This is why you shouldn’t believe that exciting new medical study 

By Julia Belluz on Vox // March 23, 2015 

A highly regarded service that vets new studies for clinicians finds — on average — only 3,000 of 50,000 new journal articles published each year are well-designed and relevant enough to inform patient care. That’s 6 percent.

More often than not, single studies contradict one another — such as the research on foods that cause or prevent cancer. The truth can be found somewhere in the totality of the research, but we report on every study in isolation underneath flip-flopping headlines. (Red wine will add years to your life one week, and kill you quicker the next.)

For a study on whether everything we eat is associated with cancer, academics randomly selected 50 ingredients from recipes in The Boston Cooking-School Cook Book. Most foods had studies behind them claiming both positive and negative results. Researchers cannot always replicate the findings of other researchers, and for various reasons many don’t even try. All told, an estimated 85 percent — or $200 billion [USD] — of annual global spending on research is wasted on badly designed or redundant studies.

This means early  medical research will mostly be wrong until maybe eventually, if we’re lucky, it’s right. More tangibly, only a tiny fraction of new science will lead to anything that’s useful to humans.

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*Think about this is you ever come across a study that tells you GMOs and glyphosate directly cause cancer, autism, alzheimers, and gluten intolerance.  

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Have you ever added vodka to your apple pie?

There’s a scientific reason for boozing up a pie crust…

Gluten develops in dough when two wheat proteins found in flour (glutenin and gliadin) are mixed with water. Because parts of these proteins do not like to interact with water, the proteins begin to stick to each other much in the same way oil droplets come together when suspended in water. As a flour-water dough is mixed, the glutenin and gliadin molecules interact to form an extensive elastic network

These networks give structure and stability to dough. Although dense networks are great for chewy bread dough, they are less than ideal for flaky, tender pie crust. An ideal pie dough has as just enough gluten to hold everything in the dough together. And while gluten development can be minimized by adding only scant amounts of water and handling the dough as little as possible, this is easier said than done.

Different alcohols like vodka, rum or even beer impede the formation of gluten protein networks. This happens because alcohol and water have very different effects on the formation of springy gluten networks in pie dough. This little trick leads to a flakier, less dense pie crust. (Here’s a recipe for Boozy Apple Pie.)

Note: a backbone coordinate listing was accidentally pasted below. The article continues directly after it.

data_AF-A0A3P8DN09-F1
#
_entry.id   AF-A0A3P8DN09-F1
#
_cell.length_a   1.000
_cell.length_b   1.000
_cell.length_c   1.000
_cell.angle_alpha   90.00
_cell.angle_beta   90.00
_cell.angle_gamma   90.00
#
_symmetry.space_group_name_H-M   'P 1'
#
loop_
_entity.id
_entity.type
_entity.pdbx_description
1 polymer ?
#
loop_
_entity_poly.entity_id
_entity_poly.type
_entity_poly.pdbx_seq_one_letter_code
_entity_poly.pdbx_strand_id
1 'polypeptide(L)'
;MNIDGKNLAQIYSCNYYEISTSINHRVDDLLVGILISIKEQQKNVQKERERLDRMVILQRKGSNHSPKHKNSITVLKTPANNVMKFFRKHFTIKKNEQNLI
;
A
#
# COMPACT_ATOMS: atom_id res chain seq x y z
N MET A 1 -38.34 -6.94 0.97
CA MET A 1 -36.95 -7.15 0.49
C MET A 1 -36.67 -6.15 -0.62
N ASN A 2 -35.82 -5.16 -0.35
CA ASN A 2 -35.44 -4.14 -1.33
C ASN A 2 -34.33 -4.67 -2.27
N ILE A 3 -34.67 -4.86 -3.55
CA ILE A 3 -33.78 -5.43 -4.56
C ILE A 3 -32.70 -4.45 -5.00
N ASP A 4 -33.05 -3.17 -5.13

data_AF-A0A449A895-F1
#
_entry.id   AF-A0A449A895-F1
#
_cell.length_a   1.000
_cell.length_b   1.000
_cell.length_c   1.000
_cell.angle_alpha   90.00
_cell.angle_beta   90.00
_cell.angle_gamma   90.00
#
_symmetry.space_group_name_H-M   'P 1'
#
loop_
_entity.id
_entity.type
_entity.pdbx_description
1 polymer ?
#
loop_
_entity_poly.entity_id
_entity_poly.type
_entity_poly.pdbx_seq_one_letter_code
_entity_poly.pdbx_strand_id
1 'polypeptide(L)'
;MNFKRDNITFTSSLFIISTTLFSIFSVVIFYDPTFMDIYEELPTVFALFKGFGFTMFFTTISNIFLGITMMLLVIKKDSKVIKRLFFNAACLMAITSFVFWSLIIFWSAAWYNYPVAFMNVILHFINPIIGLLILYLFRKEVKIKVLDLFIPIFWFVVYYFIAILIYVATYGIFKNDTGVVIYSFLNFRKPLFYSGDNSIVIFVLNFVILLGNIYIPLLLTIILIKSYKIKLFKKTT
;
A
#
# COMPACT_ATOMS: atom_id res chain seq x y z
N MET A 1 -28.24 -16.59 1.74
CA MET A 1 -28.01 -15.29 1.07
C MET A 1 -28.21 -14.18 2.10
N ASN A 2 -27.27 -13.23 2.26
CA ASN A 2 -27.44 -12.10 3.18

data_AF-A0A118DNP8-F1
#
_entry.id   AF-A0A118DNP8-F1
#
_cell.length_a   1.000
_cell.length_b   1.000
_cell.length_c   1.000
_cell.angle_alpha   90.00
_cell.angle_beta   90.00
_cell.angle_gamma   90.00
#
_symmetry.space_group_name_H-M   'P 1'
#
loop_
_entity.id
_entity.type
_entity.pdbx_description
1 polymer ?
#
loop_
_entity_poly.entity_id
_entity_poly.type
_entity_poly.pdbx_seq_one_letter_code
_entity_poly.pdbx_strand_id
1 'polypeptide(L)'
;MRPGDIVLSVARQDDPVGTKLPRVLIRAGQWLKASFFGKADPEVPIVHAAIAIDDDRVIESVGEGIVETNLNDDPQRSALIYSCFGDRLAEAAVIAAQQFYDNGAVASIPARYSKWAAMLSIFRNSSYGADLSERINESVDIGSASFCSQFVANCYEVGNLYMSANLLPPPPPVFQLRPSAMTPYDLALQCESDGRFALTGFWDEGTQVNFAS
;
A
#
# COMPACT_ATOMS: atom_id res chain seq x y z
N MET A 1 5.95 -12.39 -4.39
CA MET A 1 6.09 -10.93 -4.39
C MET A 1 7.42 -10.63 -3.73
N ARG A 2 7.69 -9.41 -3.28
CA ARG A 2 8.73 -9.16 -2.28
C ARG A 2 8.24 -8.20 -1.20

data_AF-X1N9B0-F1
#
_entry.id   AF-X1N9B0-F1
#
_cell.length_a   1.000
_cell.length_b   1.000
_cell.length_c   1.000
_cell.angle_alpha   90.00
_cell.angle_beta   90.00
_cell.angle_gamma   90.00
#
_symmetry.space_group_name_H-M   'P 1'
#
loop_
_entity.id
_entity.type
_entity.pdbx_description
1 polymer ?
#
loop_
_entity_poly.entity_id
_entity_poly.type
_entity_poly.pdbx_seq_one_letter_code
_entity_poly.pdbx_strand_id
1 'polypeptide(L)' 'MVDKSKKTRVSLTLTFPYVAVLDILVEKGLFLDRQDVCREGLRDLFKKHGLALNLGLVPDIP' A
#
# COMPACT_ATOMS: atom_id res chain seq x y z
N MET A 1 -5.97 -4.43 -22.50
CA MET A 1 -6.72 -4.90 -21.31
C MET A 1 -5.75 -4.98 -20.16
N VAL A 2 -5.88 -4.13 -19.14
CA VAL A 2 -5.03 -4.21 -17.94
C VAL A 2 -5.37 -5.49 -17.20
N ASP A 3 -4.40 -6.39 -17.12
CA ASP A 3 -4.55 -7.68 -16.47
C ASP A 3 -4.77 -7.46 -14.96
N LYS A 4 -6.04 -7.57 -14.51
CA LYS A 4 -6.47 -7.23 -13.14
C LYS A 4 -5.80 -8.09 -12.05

Watch “Make the best pie ever using science”

Celiac disease rate among young children has almost tripled in past 20 years

The number of young children diagnosed with coeliac disease in the UK has almost tripled over the past 20 years, but kids from poorer families are only half as likely to be diagnosed with the condition, reveals research published online in Archives of Disease in Childhood.

The evidence to date suggests that up to 1% of all children in the UK have blood markers for coeliac disease, an autoimmune reaction to dietary gluten from wheat, barley, and rye.

F. Zingone, J. West, C. J. Crooks, K. M. Fleming, T. R. Card, C. Ciacci, L. J. Tata. Socioeconomic variation in the incidence of childhood coeliac disease in the UK. Archives of Disease in Childhood, 2015; DOI: 10.1136/archdischild-2014-307105

Gluten protein fragments have been identified that stimulate the immune system, leading to inflammation of the intestine and shortening of the intestinal villi.UCLA

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The gluten network in a bagel vs. a pie

Gluten develops in dough when two wheat proteins found in flour (glutenin and gliadin) are mixed with water. Because parts of these proteins don’t like to interact with water, the proteins begin to stick to each other much in the same way oil droplets come together when suspended in water. As a flour-water dough is mixed, the glutenin and gliadin molecules interact to form a protein network.

These networks give structure and stability to dough. Although dense networks are great for chewy bread dough, they are less than ideal for flaky, tender pie crust. An ideal pie dough has as just enough gluten to hold everything in the dough together. And while gluten development can be minimized by adding only scant amounts of water and handling the dough as little as possible, this is easier said than done.

What flour is the best flour for pie crust? This is a contentious question that has a variety of answers depending on personal preference, but the type of flour you use can have a major effect on the final texture of your crust. The protein content of flour, based on the type of wheat the flour was made from, will affect the extent of gluten formation in your dough. Bread flour has particularly high protein content, which can make pie crust dense and tough. Flours with lower protein content, such as pastry flour or cake flour, will create less extensive gluten networks and can produce a more tender crust.

Use science to make the best pie ever →

Fuck you nbc.

I dare you to call me weak, I would love to see you experience gluten poisoning after the waiter “forgot” there was a “bit” of flour in the sauce, and then have to go to work the next day. Celiacs are some of the strongest people I know, please stop portraying us as weak asses.

My friend who’s a yoga teacher said that gluten can destroy your baby’s immune system.
— 

white woman, in Boulder, at Bodywork Bistro

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